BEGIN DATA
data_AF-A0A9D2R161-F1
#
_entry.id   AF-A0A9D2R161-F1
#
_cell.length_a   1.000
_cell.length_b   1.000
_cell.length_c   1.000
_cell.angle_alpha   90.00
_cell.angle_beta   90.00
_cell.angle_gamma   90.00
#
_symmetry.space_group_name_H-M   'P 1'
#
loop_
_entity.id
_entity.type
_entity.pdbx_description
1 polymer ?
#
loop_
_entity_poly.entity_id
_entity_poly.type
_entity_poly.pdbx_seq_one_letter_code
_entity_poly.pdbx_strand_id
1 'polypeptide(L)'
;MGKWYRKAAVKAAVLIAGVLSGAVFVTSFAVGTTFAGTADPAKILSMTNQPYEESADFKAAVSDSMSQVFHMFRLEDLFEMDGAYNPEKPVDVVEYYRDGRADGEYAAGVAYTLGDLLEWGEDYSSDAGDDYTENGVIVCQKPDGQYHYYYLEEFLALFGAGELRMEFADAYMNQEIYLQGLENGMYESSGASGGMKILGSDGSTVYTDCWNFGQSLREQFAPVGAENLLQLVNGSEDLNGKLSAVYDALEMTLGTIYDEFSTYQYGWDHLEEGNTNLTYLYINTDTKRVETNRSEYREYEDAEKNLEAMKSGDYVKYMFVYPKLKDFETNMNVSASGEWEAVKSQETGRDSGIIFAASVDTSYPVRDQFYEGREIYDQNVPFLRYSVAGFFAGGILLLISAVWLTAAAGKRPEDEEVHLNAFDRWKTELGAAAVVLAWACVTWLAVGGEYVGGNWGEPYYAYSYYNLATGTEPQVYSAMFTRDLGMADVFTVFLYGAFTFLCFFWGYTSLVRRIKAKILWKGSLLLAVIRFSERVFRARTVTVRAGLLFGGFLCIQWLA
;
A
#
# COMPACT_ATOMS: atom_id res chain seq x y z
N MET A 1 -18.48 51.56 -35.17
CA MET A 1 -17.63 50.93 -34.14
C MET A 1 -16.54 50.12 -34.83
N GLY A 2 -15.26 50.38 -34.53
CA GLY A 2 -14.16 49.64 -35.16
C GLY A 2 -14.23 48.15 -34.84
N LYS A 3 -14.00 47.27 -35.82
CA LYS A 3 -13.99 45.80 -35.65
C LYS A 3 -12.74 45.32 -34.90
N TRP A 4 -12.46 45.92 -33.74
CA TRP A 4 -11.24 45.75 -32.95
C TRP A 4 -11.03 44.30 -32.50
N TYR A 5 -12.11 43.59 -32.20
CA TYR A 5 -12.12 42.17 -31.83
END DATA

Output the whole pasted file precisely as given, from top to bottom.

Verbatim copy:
data_AF-A0A9D2R161-F1
#
_entry.id   AF-A0A9D2R161-F1
#
_cell.length_a   1.000
_cell.length_b   1.000
_cell.length_c   1.000
_cell.angle_alpha   90.00
_cell.angle_beta   90.00
_cell.angle_gamma   90.00
#
_symmetry.space_group_name_H-M   'P 1'
#
loop_
_entity.id
_entity.type
_entity.pdbx_description
1 polymer ?
#
loop_
_entity_poly.entity_id
_entity_poly.type
_entity_poly.pdbx_seq_one_letter_code
_entity_poly.pdbx_strand_id
1 'polypeptide(L)'
;MGKWYRKAAVKAAVLIAGVLSGAVFVTSFAVGTTFAGTADPAKILSMTNQPYEESADFKAAVSDSMSQVFHMFRLEDLFEMDGAYNPEKPVDVVEYYRDGRADGEYAAGVAYTLGDLLEWGEDYSSDAGDDYTENGVIVCQKPDGQYHYYYLEEFLALFGAGELRMEFADAYMNQEIYLQGLENGMYESSGASGGMKILGSDGSTVYTDCWNFGQSLREQFAPVGAENLLQLVNGSEDLNGKLSAVYDALEMTLGTIYDEFSTYQYGWDHLEEGNTNLTYLYINTDTKRVETNRSEYREYEDAEKNLEAMKSGDYVKYMFVYPKLKDFETNMNVSASGEWEAVKSQETGRDSGIIFAASVDTSYPVRDQFYEGREIYDQNVPFLRYSVAGFFAGGILLLISAVWLTAAAGKRPEDEEVHLNAFDRWKTELGAAAVVLAWACVTWLAVGGEYVGGNWGEPYYAYSYYNLATGTEPQVYSAMFTRDLGMADVFTVFLYGAFTFLCFFWGYTSLVRRIKAKILWKGSLLLAVIRFSERVFRARTVTVRAGLLFGGFLCIQWLA
;
A
#
# COMPACT_ATOMS: atom_id res chain seq x y z
N MET A 1 -18.48 51.56 -35.17
CA MET A 1 -17.63 50.93 -34.14
C MET A 1 -16.54 50.12 -34.83
N GLY A 2 -15.26 50.38 -34.53
CA GLY A 2 -14.16 49.64 -35.16
C GLY A 2 -14.23 48.15 -34.84
N LYS A 3 -14.00 47.27 -35.82
CA LYS A 3 -13.99 45.80 -35.65
C LYS A 3 -12.74 45.32 -34.90
N TRP A 4 -12.46 45.92 -33.74
CA TRP A 4 -11.24 45.75 -32.95
C TRP A 4 -11.03 44.30 -32.50
N TYR A 5 -12.11 43.59 -32.20
CA TYR A 5 -12.12 42.17 -31.83